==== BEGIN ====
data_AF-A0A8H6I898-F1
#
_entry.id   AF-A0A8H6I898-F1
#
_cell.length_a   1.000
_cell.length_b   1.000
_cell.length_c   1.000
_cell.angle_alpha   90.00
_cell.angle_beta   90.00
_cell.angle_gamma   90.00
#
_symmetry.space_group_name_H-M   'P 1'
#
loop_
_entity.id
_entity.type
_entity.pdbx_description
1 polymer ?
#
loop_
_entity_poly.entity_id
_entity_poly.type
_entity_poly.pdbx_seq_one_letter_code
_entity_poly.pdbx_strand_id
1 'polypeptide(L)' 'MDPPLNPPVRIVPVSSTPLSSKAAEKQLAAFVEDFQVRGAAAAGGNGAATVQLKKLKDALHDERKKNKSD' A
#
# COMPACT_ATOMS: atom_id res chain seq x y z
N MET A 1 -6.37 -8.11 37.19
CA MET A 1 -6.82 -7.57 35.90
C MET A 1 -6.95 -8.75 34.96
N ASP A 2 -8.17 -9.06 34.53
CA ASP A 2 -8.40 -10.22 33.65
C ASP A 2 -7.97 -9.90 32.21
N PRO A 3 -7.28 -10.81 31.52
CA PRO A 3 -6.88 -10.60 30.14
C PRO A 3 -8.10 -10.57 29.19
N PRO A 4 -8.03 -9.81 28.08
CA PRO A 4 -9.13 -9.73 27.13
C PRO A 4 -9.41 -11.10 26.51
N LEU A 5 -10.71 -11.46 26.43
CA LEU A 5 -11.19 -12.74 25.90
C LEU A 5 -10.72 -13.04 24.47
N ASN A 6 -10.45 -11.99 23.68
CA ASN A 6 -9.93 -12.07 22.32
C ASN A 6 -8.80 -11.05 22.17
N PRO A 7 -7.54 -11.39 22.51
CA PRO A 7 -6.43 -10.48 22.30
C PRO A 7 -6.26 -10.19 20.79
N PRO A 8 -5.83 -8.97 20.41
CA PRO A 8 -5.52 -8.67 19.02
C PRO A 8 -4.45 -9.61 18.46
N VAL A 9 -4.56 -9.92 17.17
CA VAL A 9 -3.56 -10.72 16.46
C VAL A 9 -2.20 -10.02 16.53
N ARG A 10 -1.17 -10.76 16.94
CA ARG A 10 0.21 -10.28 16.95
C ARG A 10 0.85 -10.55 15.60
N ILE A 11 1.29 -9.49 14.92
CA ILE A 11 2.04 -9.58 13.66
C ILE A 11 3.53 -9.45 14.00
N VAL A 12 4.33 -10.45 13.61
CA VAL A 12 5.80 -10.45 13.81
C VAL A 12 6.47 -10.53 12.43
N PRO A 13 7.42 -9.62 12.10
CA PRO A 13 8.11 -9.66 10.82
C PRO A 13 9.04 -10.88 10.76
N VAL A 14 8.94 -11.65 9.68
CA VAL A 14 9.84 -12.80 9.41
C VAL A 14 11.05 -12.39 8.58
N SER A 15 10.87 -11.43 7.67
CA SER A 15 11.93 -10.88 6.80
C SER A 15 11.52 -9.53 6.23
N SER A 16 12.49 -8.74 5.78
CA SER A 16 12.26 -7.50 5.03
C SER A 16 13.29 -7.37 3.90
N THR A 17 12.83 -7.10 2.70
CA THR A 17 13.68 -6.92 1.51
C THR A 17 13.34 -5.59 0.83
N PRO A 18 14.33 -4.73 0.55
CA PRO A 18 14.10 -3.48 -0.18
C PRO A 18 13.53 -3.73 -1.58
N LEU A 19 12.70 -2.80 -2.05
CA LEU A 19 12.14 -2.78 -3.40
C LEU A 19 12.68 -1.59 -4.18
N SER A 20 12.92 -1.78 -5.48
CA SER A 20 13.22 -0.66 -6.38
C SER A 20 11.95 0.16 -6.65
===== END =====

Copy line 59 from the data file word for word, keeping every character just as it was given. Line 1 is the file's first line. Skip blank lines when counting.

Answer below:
CA ILE A 11 2.04 -9.58 13.66